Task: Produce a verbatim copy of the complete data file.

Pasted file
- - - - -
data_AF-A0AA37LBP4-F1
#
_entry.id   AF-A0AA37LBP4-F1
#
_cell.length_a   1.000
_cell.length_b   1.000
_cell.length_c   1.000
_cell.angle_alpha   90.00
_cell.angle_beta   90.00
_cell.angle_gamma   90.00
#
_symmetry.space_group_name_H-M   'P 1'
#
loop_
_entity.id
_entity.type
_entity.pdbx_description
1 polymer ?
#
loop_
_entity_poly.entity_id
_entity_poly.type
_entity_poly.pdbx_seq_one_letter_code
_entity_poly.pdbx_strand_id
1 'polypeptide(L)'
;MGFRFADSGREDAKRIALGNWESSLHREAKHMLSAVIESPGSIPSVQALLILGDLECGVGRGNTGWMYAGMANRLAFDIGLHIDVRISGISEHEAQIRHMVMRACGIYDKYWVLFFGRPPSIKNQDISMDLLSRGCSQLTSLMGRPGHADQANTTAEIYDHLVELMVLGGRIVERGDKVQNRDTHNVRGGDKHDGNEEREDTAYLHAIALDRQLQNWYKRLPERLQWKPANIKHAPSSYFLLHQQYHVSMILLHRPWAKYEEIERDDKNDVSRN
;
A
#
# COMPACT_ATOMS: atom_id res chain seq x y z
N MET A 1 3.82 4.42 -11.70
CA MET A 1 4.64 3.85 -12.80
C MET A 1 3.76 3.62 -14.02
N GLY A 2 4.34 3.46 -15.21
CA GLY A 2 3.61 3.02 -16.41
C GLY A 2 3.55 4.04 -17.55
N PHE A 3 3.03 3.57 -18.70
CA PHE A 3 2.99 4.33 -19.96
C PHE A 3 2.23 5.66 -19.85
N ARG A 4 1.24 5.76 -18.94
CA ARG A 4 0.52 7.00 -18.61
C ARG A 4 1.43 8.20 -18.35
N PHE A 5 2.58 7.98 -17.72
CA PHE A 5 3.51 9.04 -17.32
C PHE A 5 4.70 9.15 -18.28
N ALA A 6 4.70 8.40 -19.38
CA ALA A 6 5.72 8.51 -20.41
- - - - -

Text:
data_AF-A0AA37LBP4-F1
#
_entry.id   AF-A0AA37LBP4-F1
#
_cell.length_a   1.000
_cell.length_b   1.000
_cell.length_c   1.000
_cell.angle_alpha   90.00
_cell.angle_beta   90.00
_cell.angle_gamma   90.00
#
_symmetry.space_group_name_H-M   'P 1'
#
loop_
_entity.id
_entity.type
_entity.pdbx_description
1 polymer ?
#
loop_
_entity_poly.entity_id
_entity_poly.type
_entity_poly.pdbx_seq_one_letter_code
_entity_poly.pdbx_strand_id
1 'polypeptide(L)'
;MGFRFADSGREDAKRIALGNWESSLHREAKHMLSAVIESPGSIPSVQALLILGDLECGVGRGNTGWMYAGMANRLAFDIGLHIDVRISGISEHEAQIRHMVMRACGIYDKYWVLFFGRPPSIKNQDISMDLLSRGCSQLTSLMGRPGHADQANTTAEIYDHLVELMVLGGRIVERGDKVQNRDTHNVRGGDKHDGNEEREDTAYLHAIALDRQLQNWYKRLPERLQWKPANIKHAPSSYFLLHQQYHVSMILLHRPWAKYEEIERDDKNDVSRN
;
A
#
# COMPACT_ATOMS: atom_id res chain seq x y z
N MET A 1 3.82 4.42 -11.70
CA MET A 1 4.64 3.85 -12.80
C MET A 1 3.76 3.62 -14.02
N GLY A 2 4.34 3.46 -15.21
CA GLY A 2 3.61 3.02 -16.41
C GLY A 2 3.55 4.04 -17.55
N PHE A 3 3.03 3.57 -18.70
CA PHE A 3 2.99 4.33 -19.96
C PHE A 3 2.23 5.66 -19.85
N ARG A 4 1.24 5.76 -18.94
CA ARG A 4 0.52 7.00 -18.61
C ARG A 4 1.43 8.20 -18.35
N PHE A 5 2.58 7.98 -17.72
CA PHE A 5 3.51 9.04 -17.32
C PHE A 5 4.70 9.15 -18.28
N ALA A 6 4.70 8.40 -19.38
CA ALA A 6 5.72 8.51 -20.41